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5-2 Limits to Growth
Copyright Pearson Prentice Hall
Limiting Factors
Limiting Factors
The primary productivity of an ecosystem can be
reduced when there is an insufficient supply of a
particular nutrient.
Ecologists call such substances limiting
nutrients.
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Limiting Factors
A limiting nutrient is an example of a more general
ecological concept: a limiting factor.
In the context of populations, a limiting factor is a
factor that causes population growth to decrease.
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Density-Dependent Factors
A limiting factor that depends on population size is
called a density-dependent limiting factor.
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Density-Dependent Factors
Density-dependent limiting factors
include:
• competition
• predation
• parasitism
• disease
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Density-dependent factors exist only when the
population density reaches a certain level. These
factors exist most strongly when a population is
large and dense.
They do not affect small, scattered populations as
greatly.
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Competition
When populations become crowded, organisms
compete for food, water space, sunlight, and
other essential resources.
Competition among members of the same
species is a density-dependent limiting factor.
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Density-Dependent Factors
Competition can also occur between members of
different species.
This type of competition can lead to evolutionary
change.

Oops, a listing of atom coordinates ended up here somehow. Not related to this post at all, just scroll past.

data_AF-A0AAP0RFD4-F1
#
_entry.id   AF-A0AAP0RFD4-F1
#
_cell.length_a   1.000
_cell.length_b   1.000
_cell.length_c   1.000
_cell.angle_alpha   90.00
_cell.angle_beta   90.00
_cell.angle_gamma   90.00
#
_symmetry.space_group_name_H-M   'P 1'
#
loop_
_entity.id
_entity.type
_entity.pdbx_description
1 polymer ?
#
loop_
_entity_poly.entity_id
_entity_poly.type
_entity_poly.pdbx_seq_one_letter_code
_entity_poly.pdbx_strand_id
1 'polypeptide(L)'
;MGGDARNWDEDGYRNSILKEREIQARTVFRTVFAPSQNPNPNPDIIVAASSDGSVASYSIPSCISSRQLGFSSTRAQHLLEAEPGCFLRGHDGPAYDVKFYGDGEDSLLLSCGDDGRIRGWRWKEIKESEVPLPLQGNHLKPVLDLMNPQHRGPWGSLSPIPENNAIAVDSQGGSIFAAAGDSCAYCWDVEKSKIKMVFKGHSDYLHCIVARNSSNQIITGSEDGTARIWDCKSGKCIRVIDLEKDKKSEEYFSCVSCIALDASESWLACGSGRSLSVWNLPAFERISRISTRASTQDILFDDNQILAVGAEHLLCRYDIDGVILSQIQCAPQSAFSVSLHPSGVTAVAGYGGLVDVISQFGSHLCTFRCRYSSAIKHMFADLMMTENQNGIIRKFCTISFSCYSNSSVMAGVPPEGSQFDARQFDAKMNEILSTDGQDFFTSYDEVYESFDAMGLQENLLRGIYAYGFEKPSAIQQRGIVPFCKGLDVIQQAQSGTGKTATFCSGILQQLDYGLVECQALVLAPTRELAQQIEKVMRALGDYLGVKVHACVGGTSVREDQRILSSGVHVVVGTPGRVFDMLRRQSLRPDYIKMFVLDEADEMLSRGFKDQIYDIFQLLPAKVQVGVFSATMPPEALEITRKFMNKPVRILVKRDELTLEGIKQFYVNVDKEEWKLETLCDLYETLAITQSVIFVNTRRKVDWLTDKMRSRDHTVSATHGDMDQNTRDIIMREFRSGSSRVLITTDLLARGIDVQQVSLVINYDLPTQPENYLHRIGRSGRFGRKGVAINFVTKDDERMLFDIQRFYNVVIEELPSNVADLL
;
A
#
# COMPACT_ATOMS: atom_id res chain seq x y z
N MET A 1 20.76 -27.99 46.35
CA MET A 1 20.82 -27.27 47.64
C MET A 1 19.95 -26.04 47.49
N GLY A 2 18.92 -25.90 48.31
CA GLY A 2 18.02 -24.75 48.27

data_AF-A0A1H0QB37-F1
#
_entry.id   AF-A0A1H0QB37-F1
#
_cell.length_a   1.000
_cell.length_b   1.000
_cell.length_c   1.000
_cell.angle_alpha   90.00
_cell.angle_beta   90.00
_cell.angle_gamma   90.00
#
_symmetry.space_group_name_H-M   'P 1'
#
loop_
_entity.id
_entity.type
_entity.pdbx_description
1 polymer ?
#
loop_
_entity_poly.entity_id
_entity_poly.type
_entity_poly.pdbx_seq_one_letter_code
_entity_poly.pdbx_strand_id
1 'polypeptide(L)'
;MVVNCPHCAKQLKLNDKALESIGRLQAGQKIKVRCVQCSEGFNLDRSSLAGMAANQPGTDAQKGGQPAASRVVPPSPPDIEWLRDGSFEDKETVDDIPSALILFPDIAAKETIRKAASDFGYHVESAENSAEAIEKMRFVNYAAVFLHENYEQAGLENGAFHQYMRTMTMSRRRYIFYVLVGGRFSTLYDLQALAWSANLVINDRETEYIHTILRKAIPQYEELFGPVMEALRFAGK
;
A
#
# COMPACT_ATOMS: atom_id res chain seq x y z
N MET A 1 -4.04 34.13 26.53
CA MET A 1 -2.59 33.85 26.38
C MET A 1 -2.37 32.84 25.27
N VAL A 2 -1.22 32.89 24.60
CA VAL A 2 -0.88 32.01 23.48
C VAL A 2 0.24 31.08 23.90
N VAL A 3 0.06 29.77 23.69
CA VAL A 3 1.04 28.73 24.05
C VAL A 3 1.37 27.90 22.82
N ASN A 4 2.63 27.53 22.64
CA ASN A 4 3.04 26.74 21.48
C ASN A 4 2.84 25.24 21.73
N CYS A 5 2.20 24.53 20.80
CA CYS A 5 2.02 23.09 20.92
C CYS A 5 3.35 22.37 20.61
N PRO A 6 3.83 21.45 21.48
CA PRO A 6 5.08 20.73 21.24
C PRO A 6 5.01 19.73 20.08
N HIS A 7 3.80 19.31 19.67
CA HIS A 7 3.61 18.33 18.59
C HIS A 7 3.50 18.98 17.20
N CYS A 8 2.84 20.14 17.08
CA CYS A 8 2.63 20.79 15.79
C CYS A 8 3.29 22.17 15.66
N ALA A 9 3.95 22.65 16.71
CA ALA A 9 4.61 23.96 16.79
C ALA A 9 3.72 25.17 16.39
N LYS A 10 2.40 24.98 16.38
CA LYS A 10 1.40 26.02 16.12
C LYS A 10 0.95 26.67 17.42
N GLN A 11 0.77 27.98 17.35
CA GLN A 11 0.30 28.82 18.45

Over time, the species may evolve to occupy
different niches to avoid competition.
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Density-Dependent Factors
Predation
Populations in nature are often controlled by
predation.
The regulation of a population by predation takes
place within a predator-prey relationship, one of
the best-known mechanisms of population control.
Density-Dependent Factors
Wolf and Moose Populations on Isle Royale
Moose
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Wolves
Parasitism and Disease
Parasites can limit the growth of a population.
A parasite lives in or on another organism (the
host) and consequently harms it.
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Density-Independent Factors
Density-Independent Factors
Density-independent limiting factors affect all
populations in similar ways, regardless of the
population size.
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Density-Independent Factors
Examples of density-independent limiting
factors include:
• unusual weather
• natural disasters
• seasonal cycles
• Example: Deer foraging for food
in deep snow during the winter.
• certain human activities—such as
damming rivers and clear-cutting
forests
Copyright Pearson Prentice Hall
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